The Path to Five 9s of Availability for SQL Server

Get an overview of the different SQL Server high availability technologies from the lowest to the highest levels of availability.

Stay In the Know While On the Go

Mobility is only becoming more prevalent, so check out these great options to learn more about how to keep your mobile workforce productive, secure and well, mobile! Explore on the go…

From NECToday

Under the Sea…with Internet?

Can you imagine a world where ANYTHING is possible? Science fiction movies have depicted it: people living on the moon, on a planet, or under the sea. But now, are we coming closer to fantasy becoming a reality? Perhaps so!

How to Stay ‘Mobile’ During a Severe Weather Event

Enabling employees to do their jobs even when they can’t get into the office keeps them safe during dangerous travel conditions, but it also means not losing employee productivity over the course of the weather event.

Get the Best of All Worlds with In-Store Mobile

In-store mobility is the most efficient and accurate way to create the type of retail experience a consumer expects. Plus, it supports associates in providing a rapid response to a shopper’s needs, ensuring that the sale goes to your retail establishment. To understand the power of in-store mobile, first let’s understand the current consumer shopping behavior.

From NECAM Soundcloud Channel

Case Study: Schenectady City School District

Schenectady City School District (SCSD) is located 12 miles from Albany, New York. The district offers hundreds of courses and programs to nearly 10,000 students throughout the city of Schenectady, and has more National Board Certified Teachers (NBCT) than any other district in the state, with the exception of New York City.

It’s In the Cloud

Isn’t everything? Truth is that cloud solutions have significant practical applications for most businesses, if you understand how to apply them correctly. Do you need a hybrid, cloud or on-premises solution? Find out the answer to that question and more with these sessions:

From NECToday

Is Your Company Seeking Business Agility? Uncovering the Business Value of SDN

Hear first-hand SDN thought leaders from NEC, IBM and featured analyst firm Gartner Research talk about the business benefits of software-defined networking.

NEC Teams with Microsoft for Flexible, Open, Standards-based SDN for the Cloud

Mike Schutz, general manager of Microsoft Product Marketing for the Server and Tools Group, talks about the collaboration between these strategic partners and the benefits customers can expect in this new video.

Unified Communications: As-a-Service vs. On-Premises – What’s Best for You?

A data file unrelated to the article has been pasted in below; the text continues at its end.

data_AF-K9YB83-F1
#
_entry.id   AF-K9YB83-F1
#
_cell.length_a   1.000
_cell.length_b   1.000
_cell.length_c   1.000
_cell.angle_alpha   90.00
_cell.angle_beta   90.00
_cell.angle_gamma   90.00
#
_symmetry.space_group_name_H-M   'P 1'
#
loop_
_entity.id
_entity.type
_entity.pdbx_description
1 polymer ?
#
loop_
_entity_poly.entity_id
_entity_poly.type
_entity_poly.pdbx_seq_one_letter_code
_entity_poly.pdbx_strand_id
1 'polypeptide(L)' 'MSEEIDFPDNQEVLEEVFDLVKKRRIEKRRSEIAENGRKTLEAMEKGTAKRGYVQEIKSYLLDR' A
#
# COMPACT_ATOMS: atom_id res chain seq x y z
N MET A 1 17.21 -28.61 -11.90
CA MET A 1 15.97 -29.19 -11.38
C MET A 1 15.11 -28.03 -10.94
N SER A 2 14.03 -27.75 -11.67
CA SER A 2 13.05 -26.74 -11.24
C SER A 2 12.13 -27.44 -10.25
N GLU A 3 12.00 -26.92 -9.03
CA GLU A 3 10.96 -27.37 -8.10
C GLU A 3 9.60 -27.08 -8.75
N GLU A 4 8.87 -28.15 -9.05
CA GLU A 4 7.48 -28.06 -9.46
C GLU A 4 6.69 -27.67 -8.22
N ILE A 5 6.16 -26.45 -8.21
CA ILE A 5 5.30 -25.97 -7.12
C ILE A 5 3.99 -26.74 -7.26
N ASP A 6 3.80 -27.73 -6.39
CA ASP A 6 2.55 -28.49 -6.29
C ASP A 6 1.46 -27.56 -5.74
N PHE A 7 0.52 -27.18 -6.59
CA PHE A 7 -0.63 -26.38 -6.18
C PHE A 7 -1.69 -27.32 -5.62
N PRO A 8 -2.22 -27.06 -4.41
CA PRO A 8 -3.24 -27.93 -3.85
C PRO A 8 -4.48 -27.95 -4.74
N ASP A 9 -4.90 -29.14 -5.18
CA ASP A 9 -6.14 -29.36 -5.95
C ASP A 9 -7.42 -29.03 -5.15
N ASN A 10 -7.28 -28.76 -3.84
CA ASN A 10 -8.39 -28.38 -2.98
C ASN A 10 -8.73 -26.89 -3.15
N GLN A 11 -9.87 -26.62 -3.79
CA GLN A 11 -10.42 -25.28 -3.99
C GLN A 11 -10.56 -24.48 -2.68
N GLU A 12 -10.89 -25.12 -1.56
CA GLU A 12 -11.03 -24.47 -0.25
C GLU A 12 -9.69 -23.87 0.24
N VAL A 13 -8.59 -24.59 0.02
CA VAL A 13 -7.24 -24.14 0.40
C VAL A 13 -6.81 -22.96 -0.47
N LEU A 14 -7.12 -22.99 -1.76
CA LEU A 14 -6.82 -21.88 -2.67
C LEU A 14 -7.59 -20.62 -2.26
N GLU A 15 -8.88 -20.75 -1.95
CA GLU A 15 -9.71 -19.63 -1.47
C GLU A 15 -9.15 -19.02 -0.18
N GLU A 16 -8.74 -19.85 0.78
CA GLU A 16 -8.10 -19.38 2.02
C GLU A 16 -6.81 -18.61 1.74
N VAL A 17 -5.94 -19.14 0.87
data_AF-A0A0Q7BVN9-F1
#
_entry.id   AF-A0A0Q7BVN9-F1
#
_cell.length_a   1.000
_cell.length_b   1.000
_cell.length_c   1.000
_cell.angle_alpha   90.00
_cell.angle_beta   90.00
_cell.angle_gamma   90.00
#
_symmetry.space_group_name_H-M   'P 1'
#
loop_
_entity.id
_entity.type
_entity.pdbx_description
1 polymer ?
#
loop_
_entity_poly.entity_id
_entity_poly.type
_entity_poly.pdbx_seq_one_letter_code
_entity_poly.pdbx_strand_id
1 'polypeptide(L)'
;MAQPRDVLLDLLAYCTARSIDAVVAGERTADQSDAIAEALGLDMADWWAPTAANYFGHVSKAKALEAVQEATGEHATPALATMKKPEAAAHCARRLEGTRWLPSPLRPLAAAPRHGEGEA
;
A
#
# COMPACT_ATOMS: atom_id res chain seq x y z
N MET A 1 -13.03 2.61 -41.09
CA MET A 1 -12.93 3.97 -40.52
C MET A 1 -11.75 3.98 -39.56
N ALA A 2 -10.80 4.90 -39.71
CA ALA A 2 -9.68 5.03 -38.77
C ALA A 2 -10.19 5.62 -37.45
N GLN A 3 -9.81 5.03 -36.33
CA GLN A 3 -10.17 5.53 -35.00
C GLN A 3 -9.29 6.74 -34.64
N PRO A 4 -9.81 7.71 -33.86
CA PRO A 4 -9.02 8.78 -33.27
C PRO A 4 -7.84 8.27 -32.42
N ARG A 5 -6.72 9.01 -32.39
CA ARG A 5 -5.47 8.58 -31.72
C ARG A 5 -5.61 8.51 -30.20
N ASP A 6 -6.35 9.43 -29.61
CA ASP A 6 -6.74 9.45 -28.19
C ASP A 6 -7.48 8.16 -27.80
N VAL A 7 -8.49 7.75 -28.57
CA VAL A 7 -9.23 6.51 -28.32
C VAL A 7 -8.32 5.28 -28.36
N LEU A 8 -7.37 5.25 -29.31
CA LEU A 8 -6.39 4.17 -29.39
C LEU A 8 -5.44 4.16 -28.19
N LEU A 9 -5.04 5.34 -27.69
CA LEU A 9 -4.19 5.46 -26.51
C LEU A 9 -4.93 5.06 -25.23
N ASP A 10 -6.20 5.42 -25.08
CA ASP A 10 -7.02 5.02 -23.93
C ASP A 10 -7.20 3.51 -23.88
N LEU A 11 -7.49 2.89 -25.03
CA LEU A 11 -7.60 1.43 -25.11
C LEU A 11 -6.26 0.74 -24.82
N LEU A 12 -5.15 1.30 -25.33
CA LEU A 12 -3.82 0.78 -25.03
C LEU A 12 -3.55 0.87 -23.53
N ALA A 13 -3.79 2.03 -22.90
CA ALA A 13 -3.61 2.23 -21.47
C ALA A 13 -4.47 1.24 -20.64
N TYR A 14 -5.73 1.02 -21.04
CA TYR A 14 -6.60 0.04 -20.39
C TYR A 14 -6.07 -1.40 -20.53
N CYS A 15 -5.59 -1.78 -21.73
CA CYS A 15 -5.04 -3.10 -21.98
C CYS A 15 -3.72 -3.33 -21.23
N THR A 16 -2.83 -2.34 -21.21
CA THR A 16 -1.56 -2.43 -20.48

Simplifying communication and collaboration is the hallmark of UC and UCaaS. The good news is you don’t have to choose.

ONF Honors NEC as First Vendor to Certify for OpenFlow 1.0 Conformance

The Open Networking Foundation (ONF), a user-driven organization focused on the promotion and adoption of Software-defined Networking (SDN) through open standards development, has awarded NEC Corporation (NEC) with the first Certificate of Conformance offered through the ONF’s OpenFlow Conformance Testing Program. A Certificate of Conformance from ONF is the highest level of assurance available in the market today to confirm OpenFlow specification compliance.

NEC Collaborates with Microsoft to Transform the Data Center with Software-Defined Networking

Microsoft and NEC joint customers will command new levels of IT flexibility and automation with dynamic management and allocation of pooled network resources, as well as their compute and storage pools, all from a central point of control.

From NECAM Soundcloud Channel

Webinar: Real-Life SDN Use Cases

This webinar, Real-Life SDN Use Cases, features noted network experts Ivan Peplnjak of iosHints and NEC's network architect Samrat Ganguly. They present real examples of OpenFlow-based SDN at work, and use the NEC ProgrammableFlow® Networking Suite as the market leading vehicle to achieve transformative results.

There is plenty of other great content at your fingertips. Simply check out any one of our content channels and enjoy your own personalized summer reading program!

www.NECToday.com
http://www.youtube.com/interactivenec 
https://twitter.com/nec 
http://www.facebook.com/NECAmerica 
http://soundcloud.com/necam
https://www.linkedin.com/company/nec-corporation-of-america
 


( 0 Votes )

In the July issue of Business Solutions Annual Guide to POS & Payment Processing, NEC’s TWINPOS G5 point-of-sale (POS) solution was featured in a product review of all-in-one POS terminals. The criteria:

  • Submit a 15-inch, all-in-one POS unit
  • Must be equipped with 2GB of RAM
  • Costs around $1,300 to a dealer (but not exceeding $1,400)